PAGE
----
Funding Opportunities - 21 Nov 2017

Nov 22 2017
1.     Local Sport Defibril...

Victorian CaSPA Principals recognised for their service

Nov 21 2017
At the recent meeting of AGM of the PAVCSS on N...

South Australia Farewells some of its long serving Principals

Nov 20 2017
At the recent meeting of APCSS in Adelaide, ...

CaSPA Submission to Gonski 2.0 Panel on Educating for Excellence

Nov 19 2017

CCI Supports Principal Health and Well Being

Nov 18 2017
Above: Hugh Easton form CCI discuss well bei...

Daniel Delmage wins 2017 CaSPA Equity Scholarship

Nov 17 2017
At the recent CaSPA Board meeting, the Director...

Phil Lewis farewelled as President of CaSPA

Nov 16 2017
Phil Lewis finished his term on the Board of...

Francis Sullivan meets with CaSPA Board

Nov 15 2017
Francis Sullivan CEO of the Truth, Justice a...

Government Policy leads to School Fee Increases

Nov 14 2017
Catholic schools along the nation's east...

Gonski 2.0 gives 'dumbed down' curriculums a D-minus

Nov 13 2017
Australian students have suffered as a result o...

Pure discrimination from SA government on school funding

Nov 12 2017
Bishop of Port Pirie and NCEC Commissioner, Gre...

Catholic Sector anticipates better outcomes from Review of SES

Nov 11 2017
The Catholic sector hopes the National School R...

Profiles: Sr Marg Ghosn [NSW]; Sue Lennox [NSW]: Matt Byrne [Vic]

Nov 10 2017
We thank the following colleagues for sharing t...

Funding Opportunities - 9 Nov 2017

Nov 09 2017
1.     Student Mentoring Pr...

Self Awareness - The key to success in the classroom AND as a school leader

Nov 08 2017
Those who have worked in the field of Profes...

CaSPA News


Latest research - Aspirations, intention and choice when choosing VET

Posted on 7 November 2017
Latest research - Aspirations, intention and choice when choosing VET
While school students view VET as a positive experience offering practical and work-related learning, some hold negative views of the value, prestige and importance of VET study. This indicates a misalignment between their occupational aspirations and their understanding of what VET offers when planning for their future.

Find out more about how students choose VET by downloading the summary and research reports on the NCVER portal.

Posted in: VocEd   0 Comments

2017 School Census provides sobering view of CaSPA enrolments - what will they look like post Gonski 2.0?

Posted on 6 November 2017
2017 School Census provides sobering view of CaSPA enrolments - what will they look like post Gonski 2.0?

The results of the 2017 Commonwealth Census of School Enrolments provides a very sobering message to CaSPA Schools.

CaSPA has obtained a copy of the official Census used to calculate funding for schools and systems which are based on enrolments in schools at August 2017.

When compared with the data provided at the corresponding time in 2016 we find these key take aways:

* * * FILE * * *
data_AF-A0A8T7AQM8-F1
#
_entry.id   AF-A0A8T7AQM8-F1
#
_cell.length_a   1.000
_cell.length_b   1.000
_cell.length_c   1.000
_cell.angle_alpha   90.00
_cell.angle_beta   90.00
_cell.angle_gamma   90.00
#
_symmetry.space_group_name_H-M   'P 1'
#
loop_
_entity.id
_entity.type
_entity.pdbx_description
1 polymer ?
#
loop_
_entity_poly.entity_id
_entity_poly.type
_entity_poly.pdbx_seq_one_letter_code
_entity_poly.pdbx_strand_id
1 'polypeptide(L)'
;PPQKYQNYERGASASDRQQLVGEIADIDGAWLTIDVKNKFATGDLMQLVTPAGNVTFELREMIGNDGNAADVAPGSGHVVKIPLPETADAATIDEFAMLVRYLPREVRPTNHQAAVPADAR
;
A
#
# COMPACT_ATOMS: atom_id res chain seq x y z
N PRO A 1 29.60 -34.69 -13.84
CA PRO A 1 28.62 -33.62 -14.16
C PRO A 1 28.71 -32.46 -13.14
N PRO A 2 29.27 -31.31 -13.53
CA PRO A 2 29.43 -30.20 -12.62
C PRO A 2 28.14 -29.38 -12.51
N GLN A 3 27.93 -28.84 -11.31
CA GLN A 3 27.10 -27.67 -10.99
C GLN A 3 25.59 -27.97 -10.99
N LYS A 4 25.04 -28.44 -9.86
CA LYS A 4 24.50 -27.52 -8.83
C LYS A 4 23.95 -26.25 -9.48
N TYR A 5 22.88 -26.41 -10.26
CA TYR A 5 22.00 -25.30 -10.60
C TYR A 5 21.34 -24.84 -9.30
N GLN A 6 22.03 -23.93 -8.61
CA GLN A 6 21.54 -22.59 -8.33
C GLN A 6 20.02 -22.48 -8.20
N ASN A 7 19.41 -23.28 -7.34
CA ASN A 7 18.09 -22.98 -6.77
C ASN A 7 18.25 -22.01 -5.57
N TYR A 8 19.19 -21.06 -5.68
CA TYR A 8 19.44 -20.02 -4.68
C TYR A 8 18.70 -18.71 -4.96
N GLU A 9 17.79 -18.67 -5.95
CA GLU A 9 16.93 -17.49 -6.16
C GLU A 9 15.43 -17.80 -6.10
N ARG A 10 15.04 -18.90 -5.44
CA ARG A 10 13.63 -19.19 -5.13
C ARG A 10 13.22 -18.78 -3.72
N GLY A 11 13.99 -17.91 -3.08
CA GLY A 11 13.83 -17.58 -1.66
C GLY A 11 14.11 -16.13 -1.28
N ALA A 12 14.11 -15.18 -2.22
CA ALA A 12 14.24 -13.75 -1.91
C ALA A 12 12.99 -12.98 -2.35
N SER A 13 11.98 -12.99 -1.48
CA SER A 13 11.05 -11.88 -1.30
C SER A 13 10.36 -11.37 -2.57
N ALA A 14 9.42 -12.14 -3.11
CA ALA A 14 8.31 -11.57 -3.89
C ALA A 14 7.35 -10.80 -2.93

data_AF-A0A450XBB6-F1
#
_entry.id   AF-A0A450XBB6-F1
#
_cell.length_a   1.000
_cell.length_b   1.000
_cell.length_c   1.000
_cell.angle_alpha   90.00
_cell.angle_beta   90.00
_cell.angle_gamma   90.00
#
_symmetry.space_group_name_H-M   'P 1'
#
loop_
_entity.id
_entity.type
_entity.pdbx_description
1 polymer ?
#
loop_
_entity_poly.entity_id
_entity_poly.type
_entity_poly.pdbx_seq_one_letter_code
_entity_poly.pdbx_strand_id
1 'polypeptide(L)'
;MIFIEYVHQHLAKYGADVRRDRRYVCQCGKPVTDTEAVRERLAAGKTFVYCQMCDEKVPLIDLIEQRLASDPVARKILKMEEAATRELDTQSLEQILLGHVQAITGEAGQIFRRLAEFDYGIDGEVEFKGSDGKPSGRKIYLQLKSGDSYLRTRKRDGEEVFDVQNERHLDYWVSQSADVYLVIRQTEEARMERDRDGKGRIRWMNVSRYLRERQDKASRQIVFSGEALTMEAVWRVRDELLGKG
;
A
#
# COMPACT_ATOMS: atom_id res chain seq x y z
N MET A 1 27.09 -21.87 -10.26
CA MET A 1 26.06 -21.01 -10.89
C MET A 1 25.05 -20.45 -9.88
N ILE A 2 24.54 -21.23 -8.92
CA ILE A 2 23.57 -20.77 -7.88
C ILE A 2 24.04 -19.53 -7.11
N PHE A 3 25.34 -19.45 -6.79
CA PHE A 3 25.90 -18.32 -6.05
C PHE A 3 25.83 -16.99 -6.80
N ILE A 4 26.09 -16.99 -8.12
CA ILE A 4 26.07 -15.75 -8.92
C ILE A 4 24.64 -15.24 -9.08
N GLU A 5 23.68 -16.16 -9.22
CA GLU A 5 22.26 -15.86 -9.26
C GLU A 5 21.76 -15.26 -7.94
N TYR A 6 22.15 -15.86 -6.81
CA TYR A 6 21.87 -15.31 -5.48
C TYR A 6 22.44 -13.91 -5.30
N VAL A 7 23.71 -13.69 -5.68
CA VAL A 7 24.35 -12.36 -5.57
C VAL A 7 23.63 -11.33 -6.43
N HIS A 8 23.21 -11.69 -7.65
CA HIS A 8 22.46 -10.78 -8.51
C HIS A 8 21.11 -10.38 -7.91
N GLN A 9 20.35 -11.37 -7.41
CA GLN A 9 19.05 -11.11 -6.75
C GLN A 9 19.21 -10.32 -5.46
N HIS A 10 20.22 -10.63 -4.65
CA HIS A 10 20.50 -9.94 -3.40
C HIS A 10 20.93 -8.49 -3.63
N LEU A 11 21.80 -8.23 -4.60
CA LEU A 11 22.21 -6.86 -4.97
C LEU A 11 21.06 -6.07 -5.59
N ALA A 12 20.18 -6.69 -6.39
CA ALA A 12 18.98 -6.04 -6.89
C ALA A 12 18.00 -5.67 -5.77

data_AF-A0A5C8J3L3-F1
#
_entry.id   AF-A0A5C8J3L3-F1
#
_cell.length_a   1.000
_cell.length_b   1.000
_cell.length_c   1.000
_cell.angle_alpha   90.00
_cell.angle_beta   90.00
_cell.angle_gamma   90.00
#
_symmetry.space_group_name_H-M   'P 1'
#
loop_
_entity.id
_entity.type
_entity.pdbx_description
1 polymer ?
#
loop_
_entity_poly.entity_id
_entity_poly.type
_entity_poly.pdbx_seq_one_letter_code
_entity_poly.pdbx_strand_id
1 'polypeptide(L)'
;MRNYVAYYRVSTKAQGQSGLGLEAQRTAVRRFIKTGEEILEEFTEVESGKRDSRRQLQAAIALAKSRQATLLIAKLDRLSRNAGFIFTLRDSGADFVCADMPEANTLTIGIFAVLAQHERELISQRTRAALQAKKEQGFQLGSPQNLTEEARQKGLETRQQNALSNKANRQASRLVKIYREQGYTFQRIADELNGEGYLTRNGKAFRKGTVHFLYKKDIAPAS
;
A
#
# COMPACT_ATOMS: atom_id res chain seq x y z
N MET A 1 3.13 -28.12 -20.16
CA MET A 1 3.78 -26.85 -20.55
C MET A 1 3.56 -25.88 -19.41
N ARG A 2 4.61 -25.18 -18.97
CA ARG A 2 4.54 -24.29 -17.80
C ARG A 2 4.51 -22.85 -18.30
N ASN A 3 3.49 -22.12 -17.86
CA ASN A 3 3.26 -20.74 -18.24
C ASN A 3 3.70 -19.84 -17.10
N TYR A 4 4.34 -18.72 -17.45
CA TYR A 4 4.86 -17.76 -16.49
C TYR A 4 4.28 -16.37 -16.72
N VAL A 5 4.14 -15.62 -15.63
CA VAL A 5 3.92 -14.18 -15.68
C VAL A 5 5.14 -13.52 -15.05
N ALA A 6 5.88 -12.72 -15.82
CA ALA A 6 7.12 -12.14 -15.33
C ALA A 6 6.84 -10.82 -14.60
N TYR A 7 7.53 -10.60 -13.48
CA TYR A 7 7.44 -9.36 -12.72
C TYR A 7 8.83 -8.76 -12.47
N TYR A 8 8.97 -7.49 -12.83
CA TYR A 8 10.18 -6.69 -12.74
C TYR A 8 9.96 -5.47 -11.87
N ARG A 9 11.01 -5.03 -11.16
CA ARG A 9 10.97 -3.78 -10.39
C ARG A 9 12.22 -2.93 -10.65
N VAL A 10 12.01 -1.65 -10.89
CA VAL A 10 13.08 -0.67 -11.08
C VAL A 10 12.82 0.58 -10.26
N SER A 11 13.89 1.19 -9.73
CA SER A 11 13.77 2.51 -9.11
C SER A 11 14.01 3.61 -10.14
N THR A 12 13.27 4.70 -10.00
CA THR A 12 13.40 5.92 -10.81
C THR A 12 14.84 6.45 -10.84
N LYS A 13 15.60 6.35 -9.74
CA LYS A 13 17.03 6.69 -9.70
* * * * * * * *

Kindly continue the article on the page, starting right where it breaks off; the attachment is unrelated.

• a very small increase of around 200 students across the country [.06%]
  • decreases in half the jurisdictions:
    • the most pronounced in South Australia [-1.45%]
    • then WA [-0.9%]
    • followed by ACT [-0.64%]
    • and a small decrease in NSW [-0.025]
  • the only significant growth in numbers was in Victoria and Queensland which saw an increase of around 1,000 students across the two jurisdictions
  • NT saw a large percentage increase [1.83%] but this came off a relatively small base and represented 40 students
  • Tasmanian numbers remained stable

In meetings with principals around the country in the last few months, there is growing concern about the effects of what is proposed in the Gonski 2.0 funding models. There is considerable anecdotal evidence from principals who indicate that their prospective intakes for 2018 are down on previous years, as families consider the prospect of a decline in funding for schools and the necessity of those schools raising fees in order to maintain operations.

At CaSPA we would appreciate hearing from you, if you believe your school is being adversely affected in this way, please pass on your information to

Posted in: Catholic Secondary Principals Australia   0 Comments

Broadening Teacher Workload - when is enough, enough?

Posted on 5 November 2017
Broadening Teacher Workload - when is enough, enough?
Teachers are under increasing pressure to be "counsellors, researchers or data analysts" as well as educators, a new global report has found, amid concerns that parents are expecting schools to pick up their "slack".

"Pressures on teachers are well documented and appear to be increasing, in part owing to new expectations," according to the UN Educational, Scientific and Cultural Organisation's latest global education monitoring report, released on Tuesday.

The report also found that despite increasing expectations for teachers, teaching continues to be undervalued in society.

"Beyond instruction and facilitating learning, teachers are asked to be counsellors, researchers or data analysts."

President of the NSW Secondary Principals' Council Chris Presland said that expectations being placed on Australian teachers are "now massive".

"We are picking up a lot of the slack of what I would call under-parenting," Mr Presland said.

"Parents who are under pressure are turning to schools on [things like] the issue of cyber-usage by students. Obesity is another issue.

"It's not that schools don't have a role to play [but] schools have no capacity to monitor what a student does on their computer in their bedroom."

The report also found that despite increasing expectations for teachers, teaching continues to be undervalued in society.

A 2014 OECD survey of more than four million teachers across 34 countries, including Australia, found that fewer than one in three teachers "reported that teaching was valued".